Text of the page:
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Dermatol Ther. 2008 Mar-Apr;21(2):118-30. doi: 10.1111/j.1529-8019.2008.00179.x.

Esthetic and cosmetic dermatology.

Author information

1
Department of Dermatology and Allergology, Hospital Dresden-Friedrichstadt, Dresden, Germany. wollina-uw@khdf.de

Abstract

The field of esthetic and cosmetic dermatology has gained remarkable interest all over the world. The major advantage of recent years is the high scientific levels of the most significant new developments in techniques and pharmacotherapy and other nonsurgical approaches. The present paper reviews selected fields of interest under this view. Sexual hormones are involved in the aging process of men and women. Skin function, in particular the epidermal barrier, is affected by a loss of endocrine activity. Hormone replacement therapy has only recently been introduced in treatment of aging males. This is an area of gender-medicine in dermatology with a strong well-aging attempt. Botulinum toxin therapy for hyperfunctional lines has become not only well-established but evidence-based medicine on its highest level. Recent advantages were gained in objective evaluation and monitoring the effect. Digital imaging techniques with various facets have been introduced to assess the achievements of treatment in the most objective way. This may become an example for other techniques as peeling, laser therapy, or radiofrequency in esthetic and cosmetic dermatology. Botulinum toxin has become a valuable tool for brow lifts. Details of the technique are discussed. Cellulite is a strongly female gender-related condition. During the past decades numerous treatments had been recommended but only recently a more critical scientific approach led to improvements in therapy of this common and disfiguring condition. Three major approaches are developed: (a) skin loosing with techniques such as subcision, (b) skin tightening with radiofrequency and other approaches, and (c) improving circulation in blood and lymphatic microvasculature using both physical treatments and pharmacotherapy. The last two chapters are devoted to body sculpturing by lipotransfer and lipolysis. Lipotransfer for facial or body sculpturing has a history of about 100 years. Nevertheless, recently the role of adult stem cells in adipose tissue has gained much interest. By optimizing the harvesting, storage, and transplantation of adipose tissue, remarkable long-standing results have been obtained. Here the present authors will focus on midface contouring, where lipotransfer competes with dermal fillers. Lipolysis is another effective tool in body sculpturing. The present authors will focus on recent advances in laser-assisted lipolysis for delicate body sculpturing in the submental region but also for gynecomastia abdominal region, flanks, and hips. In conclusion, esthetic and cosmetic dermatology has become a scientific-based subspeciality of dermatology with evidence-based treatments and a great variety of high-tech approaches to provide more effective, more selective, and safer therapeutic options.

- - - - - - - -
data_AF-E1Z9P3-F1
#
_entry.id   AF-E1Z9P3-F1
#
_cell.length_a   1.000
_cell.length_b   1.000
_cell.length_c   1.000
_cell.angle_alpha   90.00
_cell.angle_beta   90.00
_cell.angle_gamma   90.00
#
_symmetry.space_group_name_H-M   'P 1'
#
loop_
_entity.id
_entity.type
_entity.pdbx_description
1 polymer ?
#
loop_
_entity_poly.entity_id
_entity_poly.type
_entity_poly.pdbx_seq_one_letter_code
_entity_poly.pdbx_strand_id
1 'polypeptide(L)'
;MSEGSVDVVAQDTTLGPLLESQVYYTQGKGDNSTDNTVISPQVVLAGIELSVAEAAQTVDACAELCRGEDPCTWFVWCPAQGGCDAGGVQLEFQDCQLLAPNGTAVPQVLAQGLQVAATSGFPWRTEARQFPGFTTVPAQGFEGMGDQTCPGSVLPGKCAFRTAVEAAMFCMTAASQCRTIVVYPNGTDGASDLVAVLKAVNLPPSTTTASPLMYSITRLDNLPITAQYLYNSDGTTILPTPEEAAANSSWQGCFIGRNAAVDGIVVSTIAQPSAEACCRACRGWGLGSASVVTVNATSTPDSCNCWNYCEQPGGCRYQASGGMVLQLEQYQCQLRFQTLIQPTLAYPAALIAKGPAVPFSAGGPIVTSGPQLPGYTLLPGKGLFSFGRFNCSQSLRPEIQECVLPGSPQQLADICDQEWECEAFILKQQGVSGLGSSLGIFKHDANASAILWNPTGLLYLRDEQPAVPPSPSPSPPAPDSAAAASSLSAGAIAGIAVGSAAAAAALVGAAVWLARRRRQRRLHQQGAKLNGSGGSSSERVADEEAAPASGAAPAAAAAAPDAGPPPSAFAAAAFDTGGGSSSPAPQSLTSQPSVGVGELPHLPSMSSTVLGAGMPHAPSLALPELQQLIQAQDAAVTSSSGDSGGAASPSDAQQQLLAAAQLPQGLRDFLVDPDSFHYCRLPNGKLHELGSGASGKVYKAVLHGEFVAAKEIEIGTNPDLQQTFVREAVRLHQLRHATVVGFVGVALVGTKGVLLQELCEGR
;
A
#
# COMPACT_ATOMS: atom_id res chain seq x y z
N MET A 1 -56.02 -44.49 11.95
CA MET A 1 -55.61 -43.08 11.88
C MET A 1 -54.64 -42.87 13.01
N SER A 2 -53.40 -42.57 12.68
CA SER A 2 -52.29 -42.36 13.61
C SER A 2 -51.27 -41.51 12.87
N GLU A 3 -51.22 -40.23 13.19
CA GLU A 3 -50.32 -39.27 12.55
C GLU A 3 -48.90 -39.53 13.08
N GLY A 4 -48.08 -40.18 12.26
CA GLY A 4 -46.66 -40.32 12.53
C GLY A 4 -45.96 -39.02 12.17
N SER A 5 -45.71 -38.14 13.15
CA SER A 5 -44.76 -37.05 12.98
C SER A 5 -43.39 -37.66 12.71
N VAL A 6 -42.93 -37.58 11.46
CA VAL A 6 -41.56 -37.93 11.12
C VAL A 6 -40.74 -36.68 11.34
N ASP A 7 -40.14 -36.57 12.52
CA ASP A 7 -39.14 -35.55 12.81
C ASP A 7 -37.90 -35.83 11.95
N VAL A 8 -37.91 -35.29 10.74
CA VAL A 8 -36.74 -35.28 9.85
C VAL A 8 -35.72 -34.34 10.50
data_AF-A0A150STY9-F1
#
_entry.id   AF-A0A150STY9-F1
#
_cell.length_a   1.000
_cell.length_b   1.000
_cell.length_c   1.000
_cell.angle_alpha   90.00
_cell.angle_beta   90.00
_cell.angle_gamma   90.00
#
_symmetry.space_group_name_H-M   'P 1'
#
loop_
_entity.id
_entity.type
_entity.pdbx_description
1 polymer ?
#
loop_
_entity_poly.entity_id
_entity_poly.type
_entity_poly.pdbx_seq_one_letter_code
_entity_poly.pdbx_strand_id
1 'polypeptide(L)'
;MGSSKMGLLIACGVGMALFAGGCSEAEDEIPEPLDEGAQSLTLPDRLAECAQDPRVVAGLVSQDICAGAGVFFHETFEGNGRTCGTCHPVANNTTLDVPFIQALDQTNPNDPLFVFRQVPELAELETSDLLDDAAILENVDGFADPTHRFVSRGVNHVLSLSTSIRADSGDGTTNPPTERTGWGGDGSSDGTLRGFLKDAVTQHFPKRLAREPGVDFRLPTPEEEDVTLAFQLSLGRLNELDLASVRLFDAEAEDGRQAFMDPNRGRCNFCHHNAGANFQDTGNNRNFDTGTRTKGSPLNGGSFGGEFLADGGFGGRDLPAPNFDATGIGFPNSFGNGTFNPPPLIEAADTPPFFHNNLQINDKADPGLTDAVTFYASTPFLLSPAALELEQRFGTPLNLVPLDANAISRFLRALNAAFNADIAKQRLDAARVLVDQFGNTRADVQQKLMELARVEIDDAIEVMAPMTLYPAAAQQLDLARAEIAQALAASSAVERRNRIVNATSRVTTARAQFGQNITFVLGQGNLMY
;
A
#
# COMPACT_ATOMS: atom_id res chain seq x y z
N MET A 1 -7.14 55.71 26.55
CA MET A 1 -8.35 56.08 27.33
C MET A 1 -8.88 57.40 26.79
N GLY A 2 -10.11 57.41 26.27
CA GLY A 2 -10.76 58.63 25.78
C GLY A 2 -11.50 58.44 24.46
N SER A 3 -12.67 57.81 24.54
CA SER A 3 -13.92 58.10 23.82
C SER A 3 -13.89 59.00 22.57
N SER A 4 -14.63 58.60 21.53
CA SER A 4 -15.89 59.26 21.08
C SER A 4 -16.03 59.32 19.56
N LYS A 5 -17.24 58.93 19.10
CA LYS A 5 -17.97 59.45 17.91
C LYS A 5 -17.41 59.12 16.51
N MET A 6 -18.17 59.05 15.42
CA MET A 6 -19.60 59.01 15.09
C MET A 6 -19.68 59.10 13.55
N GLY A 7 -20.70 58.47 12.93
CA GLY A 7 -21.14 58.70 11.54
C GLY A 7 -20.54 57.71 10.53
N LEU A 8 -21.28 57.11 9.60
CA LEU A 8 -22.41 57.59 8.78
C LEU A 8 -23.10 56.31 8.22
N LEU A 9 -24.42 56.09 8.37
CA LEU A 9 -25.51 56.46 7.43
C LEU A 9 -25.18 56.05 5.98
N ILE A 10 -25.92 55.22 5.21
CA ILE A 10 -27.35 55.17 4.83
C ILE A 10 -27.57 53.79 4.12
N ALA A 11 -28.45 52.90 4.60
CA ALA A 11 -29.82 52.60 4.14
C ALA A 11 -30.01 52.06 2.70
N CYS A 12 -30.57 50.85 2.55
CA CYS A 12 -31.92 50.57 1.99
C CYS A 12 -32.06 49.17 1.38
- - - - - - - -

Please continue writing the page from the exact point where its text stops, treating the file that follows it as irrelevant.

[Indexed for MEDLINE]

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